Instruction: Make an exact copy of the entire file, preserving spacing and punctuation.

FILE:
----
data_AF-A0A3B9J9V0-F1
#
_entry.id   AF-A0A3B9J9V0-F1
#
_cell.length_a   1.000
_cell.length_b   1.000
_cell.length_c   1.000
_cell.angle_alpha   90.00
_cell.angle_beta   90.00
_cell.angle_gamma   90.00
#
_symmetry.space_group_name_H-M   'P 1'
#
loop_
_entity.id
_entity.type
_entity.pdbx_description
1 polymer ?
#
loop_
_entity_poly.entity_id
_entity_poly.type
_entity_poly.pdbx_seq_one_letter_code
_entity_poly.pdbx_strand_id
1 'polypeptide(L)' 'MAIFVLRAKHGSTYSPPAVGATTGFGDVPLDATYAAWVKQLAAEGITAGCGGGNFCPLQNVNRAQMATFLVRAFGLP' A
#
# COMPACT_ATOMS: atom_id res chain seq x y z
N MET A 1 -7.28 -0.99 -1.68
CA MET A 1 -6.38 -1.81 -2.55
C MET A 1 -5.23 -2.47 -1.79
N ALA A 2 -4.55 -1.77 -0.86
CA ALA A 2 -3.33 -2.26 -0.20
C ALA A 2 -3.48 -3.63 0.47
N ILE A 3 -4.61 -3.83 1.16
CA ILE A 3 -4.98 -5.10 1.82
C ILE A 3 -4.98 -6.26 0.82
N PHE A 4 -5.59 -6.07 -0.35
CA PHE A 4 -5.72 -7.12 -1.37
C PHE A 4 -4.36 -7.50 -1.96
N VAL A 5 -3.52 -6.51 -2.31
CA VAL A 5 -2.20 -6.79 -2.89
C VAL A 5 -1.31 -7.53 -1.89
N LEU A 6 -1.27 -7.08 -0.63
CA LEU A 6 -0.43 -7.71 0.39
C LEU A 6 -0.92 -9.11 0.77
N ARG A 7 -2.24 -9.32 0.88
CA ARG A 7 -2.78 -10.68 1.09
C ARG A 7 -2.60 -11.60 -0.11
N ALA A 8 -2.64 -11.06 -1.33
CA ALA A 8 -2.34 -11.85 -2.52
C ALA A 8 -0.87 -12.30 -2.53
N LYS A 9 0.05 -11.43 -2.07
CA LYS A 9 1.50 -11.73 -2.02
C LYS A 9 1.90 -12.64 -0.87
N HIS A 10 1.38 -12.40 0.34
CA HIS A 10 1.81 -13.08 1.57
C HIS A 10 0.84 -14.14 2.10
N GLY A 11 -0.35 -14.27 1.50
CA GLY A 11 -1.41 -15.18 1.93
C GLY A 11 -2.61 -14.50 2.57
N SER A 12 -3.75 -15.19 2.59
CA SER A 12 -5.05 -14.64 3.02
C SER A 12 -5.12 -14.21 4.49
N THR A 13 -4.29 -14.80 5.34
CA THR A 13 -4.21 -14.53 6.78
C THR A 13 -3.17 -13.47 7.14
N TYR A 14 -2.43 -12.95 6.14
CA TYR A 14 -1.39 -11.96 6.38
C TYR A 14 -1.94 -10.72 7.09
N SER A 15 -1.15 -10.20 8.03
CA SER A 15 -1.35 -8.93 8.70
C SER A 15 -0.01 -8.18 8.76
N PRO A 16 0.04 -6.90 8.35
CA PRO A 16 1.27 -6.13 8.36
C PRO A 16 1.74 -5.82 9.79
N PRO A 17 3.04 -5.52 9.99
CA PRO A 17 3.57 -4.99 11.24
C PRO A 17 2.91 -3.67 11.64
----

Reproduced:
data_AF-A0A3B9J9V0-F1
#
_entry.id   AF-A0A3B9J9V0-F1
#
_cell.length_a   1.000
_cell.length_b   1.000
_cell.length_c   1.000
_cell.angle_alpha   90.00
_cell.angle_beta   90.00
_cell.angle_gamma   90.00
#
_symmetry.space_group_name_H-M   'P 1'
#
loop_
_entity.id
_entity.type
_entity.pdbx_description
1 polymer ?
#
loop_
_entity_poly.entity_id
_entity_poly.type
_entity_poly.pdbx_seq_one_letter_code
_entity_poly.pdbx_strand_id
1 'polypeptide(L)' 'MAIFVLRAKHGSTYSPPAVGATTGFGDVPLDATYAAWVKQLAAEGITAGCGGGNFCPLQNVNRAQMATFLVRAFGLP' A
#
# COMPACT_ATOMS: atom_id res chain seq x y z
N MET A 1 -7.28 -0.99 -1.68
CA MET A 1 -6.38 -1.81 -2.55
C MET A 1 -5.23 -2.47 -1.79
N ALA A 2 -4.55 -1.77 -0.86
CA ALA A 2 -3.33 -2.26 -0.20
C ALA A 2 -3.48 -3.63 0.47
N ILE A 3 -4.61 -3.83 1.16
CA ILE A 3 -4.98 -5.10 1.82
C ILE A 3 -4.98 -6.26 0.82
N PHE A 4 -5.59 -6.07 -0.35
CA PHE A 4 -5.72 -7.12 -1.37
C PHE A 4 -4.36 -7.50 -1.96
N VAL A 5 -3.52 -6.51 -2.31
CA VAL A 5 -2.20 -6.79 -2.89
C VAL A 5 -1.31 -7.53 -1.89
N LEU A 6 -1.27 -7.08 -0.63
CA LEU A 6 -0.43 -7.71 0.39
C LEU A 6 -0.92 -9.11 0.77
N ARG A 7 -2.24 -9.32 0.88
CA ARG A 7 -2.78 -10.68 1.09
C ARG A 7 -2.60 -11.60 -0.11
N ALA A 8 -2.64 -11.06 -1.33
CA ALA A 8 -2.34 -11.85 -2.52
C ALA A 8 -0.87 -12.30 -2.53
N LYS A 9 0.05 -11.43 -2.07
CA LYS A 9 1.50 -11.73 -2.02
C LYS A 9 1.90 -12.64 -0.87
N HIS A 10 1.38 -12.40 0.34
CA HIS A 10 1.81 -13.08 1.57
C HIS A 10 0.84 -14.14 2.10
N GLY A 11 -0.35 -14.27 1.50
CA GLY A 11 -1.41 -15.18 1.93
C GLY A 11 -2.61 -14.50 2.57
N SER A 12 -3.75 -15.19 2.59
CA SER A 12 -5.05 -14.64 3.02
C SER A 12 -5.12 -14.21 4.49
N THR A 13 -4.29 -14.80 5.34
CA THR A 13 -4.21 -14.53 6.78
C THR A 13 -3.17 -13.47 7.14
N TYR A 14 -2.43 -12.95 6.14
CA TYR A 14 -1.39 -11.96 6.38
C TYR A 14 -1.94 -10.72 7.09
N SER A 15 -1.15 -10.20 8.03
CA SER A 15 -1.35 -8.93 8.70
C SER A 15 -0.01 -8.18 8.76
N PRO A 16 0.04 -6.90 8.35
CA PRO A 16 1.27 -6.13 8.36
C PRO A 16 1.74 -5.82 9.79
N PRO A 17 3.04 -5.52 9.99
CA PRO A 17 3.57 -4.99 11.24
C PRO A 17 2.91 -3.67 11.64